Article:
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Off with the Fed’s Head?

The surge in US consumer price inflation last month to a three-decade high of 6.2% risks further undermining the narrative that today’s rising prices are transitory and could destabilize long-term inflation expectations. When and to what extent should the Federal Reserve further roll back quantitative easing and increase interest rates – and should Fed Chair Jerome Powell remain in charge?

In this Big Picture, J. Bradford DeLong of the University of California, Berkeley, fears that Powell will heed growing Republican calls for substantial, immediate monetary-policy tightening, and urges Biden to replace him with Fed Governor Lael Brainard. MIT’s Simon Johnson agrees, arguing that premature tightening would be a massively consequential policy mistake.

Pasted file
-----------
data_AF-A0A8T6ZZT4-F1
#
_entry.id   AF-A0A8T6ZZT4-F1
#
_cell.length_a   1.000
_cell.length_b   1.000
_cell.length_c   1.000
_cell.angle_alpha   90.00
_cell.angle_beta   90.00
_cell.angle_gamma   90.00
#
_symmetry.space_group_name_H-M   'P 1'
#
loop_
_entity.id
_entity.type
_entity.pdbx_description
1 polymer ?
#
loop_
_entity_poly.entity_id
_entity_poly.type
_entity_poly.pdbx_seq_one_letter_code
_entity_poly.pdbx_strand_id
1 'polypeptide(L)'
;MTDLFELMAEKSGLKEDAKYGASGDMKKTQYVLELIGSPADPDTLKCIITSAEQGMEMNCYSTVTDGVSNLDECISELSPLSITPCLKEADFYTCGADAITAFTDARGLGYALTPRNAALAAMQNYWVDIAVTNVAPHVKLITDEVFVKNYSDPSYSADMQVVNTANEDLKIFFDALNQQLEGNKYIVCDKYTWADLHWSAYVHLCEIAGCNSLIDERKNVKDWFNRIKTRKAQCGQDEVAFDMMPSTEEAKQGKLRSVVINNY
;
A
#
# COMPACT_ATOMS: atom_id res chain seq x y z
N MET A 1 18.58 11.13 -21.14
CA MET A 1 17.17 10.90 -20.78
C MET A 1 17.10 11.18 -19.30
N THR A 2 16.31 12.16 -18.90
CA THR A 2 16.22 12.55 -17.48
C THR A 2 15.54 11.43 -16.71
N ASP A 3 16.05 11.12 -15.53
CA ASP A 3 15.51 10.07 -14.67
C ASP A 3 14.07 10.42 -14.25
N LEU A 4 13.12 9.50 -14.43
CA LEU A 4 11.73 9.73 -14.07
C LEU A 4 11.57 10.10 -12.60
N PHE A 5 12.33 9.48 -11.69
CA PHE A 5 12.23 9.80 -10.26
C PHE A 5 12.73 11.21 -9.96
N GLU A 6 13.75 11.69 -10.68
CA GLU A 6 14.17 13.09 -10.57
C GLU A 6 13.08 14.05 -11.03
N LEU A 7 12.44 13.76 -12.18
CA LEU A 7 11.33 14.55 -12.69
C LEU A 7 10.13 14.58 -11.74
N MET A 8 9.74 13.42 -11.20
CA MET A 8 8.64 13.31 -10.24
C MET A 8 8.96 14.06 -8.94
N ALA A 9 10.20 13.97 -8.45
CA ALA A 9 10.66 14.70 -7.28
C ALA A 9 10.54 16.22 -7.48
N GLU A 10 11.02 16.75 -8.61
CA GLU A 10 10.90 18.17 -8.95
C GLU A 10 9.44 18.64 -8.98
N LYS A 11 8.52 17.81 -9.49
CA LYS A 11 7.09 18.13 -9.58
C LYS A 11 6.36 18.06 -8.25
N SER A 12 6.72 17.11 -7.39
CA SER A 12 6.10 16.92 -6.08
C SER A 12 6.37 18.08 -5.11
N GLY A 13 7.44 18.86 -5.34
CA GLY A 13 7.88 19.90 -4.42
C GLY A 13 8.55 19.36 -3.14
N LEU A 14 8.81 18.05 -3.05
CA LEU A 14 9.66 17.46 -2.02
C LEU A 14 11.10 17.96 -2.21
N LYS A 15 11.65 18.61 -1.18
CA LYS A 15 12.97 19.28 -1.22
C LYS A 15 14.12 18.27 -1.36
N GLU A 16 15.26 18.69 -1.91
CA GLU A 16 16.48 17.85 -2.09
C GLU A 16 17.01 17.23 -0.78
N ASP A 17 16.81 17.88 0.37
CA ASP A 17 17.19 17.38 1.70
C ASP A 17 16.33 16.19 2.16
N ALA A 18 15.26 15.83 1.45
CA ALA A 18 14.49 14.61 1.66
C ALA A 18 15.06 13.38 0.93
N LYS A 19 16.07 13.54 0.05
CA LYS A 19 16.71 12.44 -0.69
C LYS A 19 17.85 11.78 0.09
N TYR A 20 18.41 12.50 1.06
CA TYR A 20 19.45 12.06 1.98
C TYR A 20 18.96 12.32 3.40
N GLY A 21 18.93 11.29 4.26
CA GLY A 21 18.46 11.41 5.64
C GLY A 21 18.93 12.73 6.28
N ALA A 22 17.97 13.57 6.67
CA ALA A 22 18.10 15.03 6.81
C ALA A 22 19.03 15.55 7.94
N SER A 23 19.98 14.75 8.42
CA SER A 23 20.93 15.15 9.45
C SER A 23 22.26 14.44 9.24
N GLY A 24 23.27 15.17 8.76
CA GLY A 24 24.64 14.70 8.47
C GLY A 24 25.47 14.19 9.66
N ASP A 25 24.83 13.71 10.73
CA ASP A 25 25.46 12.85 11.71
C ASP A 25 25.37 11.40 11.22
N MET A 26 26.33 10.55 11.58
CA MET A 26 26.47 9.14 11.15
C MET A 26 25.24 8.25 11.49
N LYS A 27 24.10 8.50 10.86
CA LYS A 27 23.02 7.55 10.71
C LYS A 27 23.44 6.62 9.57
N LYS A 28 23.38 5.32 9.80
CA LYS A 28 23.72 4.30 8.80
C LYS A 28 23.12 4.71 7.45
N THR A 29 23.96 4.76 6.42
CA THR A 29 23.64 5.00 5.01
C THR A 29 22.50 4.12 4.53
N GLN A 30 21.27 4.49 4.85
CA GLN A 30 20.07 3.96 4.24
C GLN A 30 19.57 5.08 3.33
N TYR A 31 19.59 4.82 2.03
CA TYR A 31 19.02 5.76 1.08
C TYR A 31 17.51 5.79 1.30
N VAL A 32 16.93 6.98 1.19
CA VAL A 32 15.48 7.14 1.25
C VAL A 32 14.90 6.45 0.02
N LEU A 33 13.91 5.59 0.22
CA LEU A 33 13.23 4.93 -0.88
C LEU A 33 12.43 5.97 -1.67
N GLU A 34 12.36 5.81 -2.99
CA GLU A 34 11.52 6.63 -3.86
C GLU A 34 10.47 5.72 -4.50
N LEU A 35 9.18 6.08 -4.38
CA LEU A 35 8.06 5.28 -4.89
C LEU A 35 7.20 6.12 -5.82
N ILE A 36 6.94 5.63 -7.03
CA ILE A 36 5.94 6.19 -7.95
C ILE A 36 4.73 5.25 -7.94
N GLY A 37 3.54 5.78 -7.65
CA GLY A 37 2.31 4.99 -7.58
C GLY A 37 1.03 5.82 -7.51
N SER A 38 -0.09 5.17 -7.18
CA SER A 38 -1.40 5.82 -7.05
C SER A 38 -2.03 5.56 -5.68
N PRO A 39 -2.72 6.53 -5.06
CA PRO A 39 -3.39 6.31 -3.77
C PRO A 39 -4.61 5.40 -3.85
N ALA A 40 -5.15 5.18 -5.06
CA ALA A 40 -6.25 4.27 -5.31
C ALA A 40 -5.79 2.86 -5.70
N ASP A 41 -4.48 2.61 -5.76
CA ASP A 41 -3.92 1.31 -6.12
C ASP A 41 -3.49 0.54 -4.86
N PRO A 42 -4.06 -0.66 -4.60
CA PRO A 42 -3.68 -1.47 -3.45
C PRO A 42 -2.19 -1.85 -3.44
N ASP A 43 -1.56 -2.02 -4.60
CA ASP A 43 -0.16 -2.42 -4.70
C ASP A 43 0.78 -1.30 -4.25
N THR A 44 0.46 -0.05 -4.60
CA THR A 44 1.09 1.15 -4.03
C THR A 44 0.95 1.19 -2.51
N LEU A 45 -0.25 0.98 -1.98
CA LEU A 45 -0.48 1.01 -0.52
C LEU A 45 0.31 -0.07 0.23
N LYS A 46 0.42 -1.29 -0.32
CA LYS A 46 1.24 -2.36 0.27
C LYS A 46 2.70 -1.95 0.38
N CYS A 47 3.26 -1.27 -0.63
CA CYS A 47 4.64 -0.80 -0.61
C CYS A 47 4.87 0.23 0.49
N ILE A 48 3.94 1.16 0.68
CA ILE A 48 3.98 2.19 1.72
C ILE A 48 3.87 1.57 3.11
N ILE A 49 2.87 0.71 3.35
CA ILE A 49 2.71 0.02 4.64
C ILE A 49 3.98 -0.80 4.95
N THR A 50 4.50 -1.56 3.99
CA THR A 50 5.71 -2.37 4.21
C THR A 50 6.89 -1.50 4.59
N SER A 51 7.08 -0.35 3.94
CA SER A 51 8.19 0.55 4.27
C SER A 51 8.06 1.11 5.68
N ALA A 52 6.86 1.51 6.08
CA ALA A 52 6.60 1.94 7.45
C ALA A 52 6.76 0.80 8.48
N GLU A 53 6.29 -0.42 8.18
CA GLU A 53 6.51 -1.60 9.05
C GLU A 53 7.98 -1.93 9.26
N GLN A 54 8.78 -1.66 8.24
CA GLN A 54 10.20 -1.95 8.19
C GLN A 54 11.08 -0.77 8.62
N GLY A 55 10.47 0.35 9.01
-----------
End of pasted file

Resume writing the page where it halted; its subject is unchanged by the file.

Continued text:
Stanford University’s John B. Taylor takes the opposite view, pointing out that the Fed – despite surging inflation – is keeping the key federal funds rate in a range far below what its own monetary-policy rules would prescribe.

But Nobel laureate economist Joseph E. Stiglitz notes that the Fed’s mandate is not only to maintain price stability, but also to ensure financial stability, and argues that Powell’s reluctance to address climate risk and his lax approach to financial-sector regulation make him the wrong man for the moment. And Columbia University’s Willem H. Buiter thinks the Fed and other leading central banks should focus more closely on how they will manage the next big asset-price correction.

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